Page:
Yet I keep wanting the characters to operate as something more than spokespeople for these debates. For It’s a Sin to truly sit with Roscoe as he navigates what it means to be so distanced from his family; for Colin to process what happened to him at work. This is all fertile ground for what creator Russell T. Davies is exploring in this generation that couldn’t possibly have seen what was coming. But beyond the good intentions and the loving re-creations of 1980s London (the less we say about the show’s “Manhattan circa 1983,” the better), I think I’m mostly annoyed with It’s a Sin’s pacing issues. I remarked, initially, on how the first episode breezed through a year in the life of the characters, only to find that the brisk pace would not relent going forward. By the end of episode two, three full years have passed since Colin first moved to London (which sadly means his apprenticeship is suddenly proclaimed over). At times, it made me wish the show would slow down and linger a tad longer with its characters. I mean, what do we know about, say, Colin, outside of the fact that he’s shy and likely a virgin?
Instead, something like Gloria’s disappearance from everyone’s social circle is taken care of in the span of a few minutes via consecutive scenes in which he is due at a party, doesn’t show up, misses work, and is eventually found, sick at home, by Jill. We don’t get a chance to miss Gloria because the sped-up pacing of the episode means we find out his fate almost right away. Just as Mr. Coltrane’s arc was dispensed with in one episode, Gloria’s fate is revealed at the end of this episode in a touching and infuriating scene where we see his family burning his possessions. It’s the rare moment where It’s a Sin shows rather than tells, letting those burning photographs of Gloria and his friends amid a grief-stricken family ashamed of what became of their son speak volumes.
Such a moment shows just how powerful It’s a Sin can be and why it may still find ways of surprising me in the episodes ahead. We’ll just have to wait and see.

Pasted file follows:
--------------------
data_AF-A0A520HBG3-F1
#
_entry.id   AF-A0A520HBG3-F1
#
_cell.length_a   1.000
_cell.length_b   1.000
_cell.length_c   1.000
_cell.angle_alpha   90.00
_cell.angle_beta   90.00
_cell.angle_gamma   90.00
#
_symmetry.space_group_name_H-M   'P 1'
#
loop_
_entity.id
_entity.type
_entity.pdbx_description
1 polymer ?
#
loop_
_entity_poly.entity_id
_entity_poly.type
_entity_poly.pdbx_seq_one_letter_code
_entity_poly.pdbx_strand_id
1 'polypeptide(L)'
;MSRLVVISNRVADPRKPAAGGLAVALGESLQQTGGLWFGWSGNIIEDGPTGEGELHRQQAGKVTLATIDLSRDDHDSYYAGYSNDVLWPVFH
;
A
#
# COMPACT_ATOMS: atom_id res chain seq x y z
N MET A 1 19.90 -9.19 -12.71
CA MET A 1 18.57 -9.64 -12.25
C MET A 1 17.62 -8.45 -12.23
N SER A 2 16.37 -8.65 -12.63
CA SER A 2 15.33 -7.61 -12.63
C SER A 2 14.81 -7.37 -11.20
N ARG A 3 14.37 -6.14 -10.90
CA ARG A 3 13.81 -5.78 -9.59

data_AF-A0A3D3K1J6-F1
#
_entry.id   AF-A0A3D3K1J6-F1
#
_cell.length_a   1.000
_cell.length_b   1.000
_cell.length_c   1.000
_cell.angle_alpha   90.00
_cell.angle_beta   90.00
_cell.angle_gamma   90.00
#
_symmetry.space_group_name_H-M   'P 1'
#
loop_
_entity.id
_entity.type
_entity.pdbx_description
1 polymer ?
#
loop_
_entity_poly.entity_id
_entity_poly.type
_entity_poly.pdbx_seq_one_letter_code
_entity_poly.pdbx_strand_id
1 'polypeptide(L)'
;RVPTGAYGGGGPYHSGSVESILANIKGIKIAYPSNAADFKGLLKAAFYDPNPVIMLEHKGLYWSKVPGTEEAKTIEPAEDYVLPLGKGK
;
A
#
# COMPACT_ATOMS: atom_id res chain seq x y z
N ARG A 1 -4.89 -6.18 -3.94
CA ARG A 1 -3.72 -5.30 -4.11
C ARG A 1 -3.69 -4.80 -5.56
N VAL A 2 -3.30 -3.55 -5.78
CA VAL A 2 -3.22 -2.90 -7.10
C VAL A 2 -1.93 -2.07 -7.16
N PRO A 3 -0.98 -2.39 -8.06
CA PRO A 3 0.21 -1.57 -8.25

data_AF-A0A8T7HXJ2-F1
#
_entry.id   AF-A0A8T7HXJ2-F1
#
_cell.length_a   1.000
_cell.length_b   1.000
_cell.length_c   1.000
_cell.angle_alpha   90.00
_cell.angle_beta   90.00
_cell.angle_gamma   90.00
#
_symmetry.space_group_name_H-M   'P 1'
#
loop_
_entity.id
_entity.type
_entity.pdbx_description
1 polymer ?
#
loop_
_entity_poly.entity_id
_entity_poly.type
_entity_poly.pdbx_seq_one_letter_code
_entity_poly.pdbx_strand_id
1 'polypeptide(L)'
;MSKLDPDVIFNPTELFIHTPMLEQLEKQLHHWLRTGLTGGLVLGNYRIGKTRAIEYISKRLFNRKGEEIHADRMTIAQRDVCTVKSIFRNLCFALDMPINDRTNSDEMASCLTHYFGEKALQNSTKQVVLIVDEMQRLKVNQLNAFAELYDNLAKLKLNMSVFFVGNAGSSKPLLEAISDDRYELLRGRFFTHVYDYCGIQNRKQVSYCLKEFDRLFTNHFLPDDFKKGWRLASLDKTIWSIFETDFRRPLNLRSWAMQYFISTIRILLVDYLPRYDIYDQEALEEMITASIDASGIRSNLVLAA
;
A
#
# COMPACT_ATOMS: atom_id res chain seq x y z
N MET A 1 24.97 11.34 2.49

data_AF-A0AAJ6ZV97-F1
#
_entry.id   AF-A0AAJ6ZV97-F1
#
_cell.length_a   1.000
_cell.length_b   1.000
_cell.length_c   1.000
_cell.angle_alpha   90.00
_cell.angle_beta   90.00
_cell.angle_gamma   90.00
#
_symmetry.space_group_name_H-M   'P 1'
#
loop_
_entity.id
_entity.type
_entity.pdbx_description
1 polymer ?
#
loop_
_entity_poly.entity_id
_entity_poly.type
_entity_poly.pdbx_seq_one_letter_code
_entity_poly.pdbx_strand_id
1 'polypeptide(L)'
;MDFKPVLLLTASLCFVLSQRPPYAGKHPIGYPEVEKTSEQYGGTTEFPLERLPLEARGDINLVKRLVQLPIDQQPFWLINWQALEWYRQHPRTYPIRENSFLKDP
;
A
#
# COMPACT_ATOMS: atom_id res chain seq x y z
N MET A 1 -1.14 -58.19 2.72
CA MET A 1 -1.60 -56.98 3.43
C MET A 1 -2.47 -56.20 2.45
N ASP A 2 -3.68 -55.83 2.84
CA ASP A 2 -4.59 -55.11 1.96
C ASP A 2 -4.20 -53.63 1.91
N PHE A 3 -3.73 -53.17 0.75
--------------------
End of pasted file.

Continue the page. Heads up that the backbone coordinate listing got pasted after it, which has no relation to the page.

• “Am I sacked?” “No, it’s more like you’re not employed any more.” Poor Colin. His story line continues to have so many fascinating wrinkles (sexual harassment, workplace discrimination — heck, the trauma of seeing his colleague die!), and yet the show rarely stays with any one of them long enough for it to pack a punch.
• Ask and you shall receive: Last time, I bemoaned the fact that we’d been denied the chance to hear Olly Alexander (of Years & Years fame) sing — and lo and behold, this second episode corrects that almost immediately (with a Barry Manilow song, no less!), giving us several numbers throughout as Ritchie and Jill work bar gigs to earn themselves an equity card.
• Speaking of music, sometimes a music cue is too much on the nose: I’m looking at you, “Kids in America” which plays while Colin walks around New York City. But overall, I’m still digging this throwback soundtrack a lot.
• Before we part: Let’s take a moment to praise the costume design of the show. And while you’d be forgiven for thinking I’m pining after Ritchie’s and Roscoe’s wardrobes (which are, I’ll admit, fab), I’ve actually fallen in love with Jill’s knitwear, including that gorgeous fuzzy fuchsia sweater. You know the one.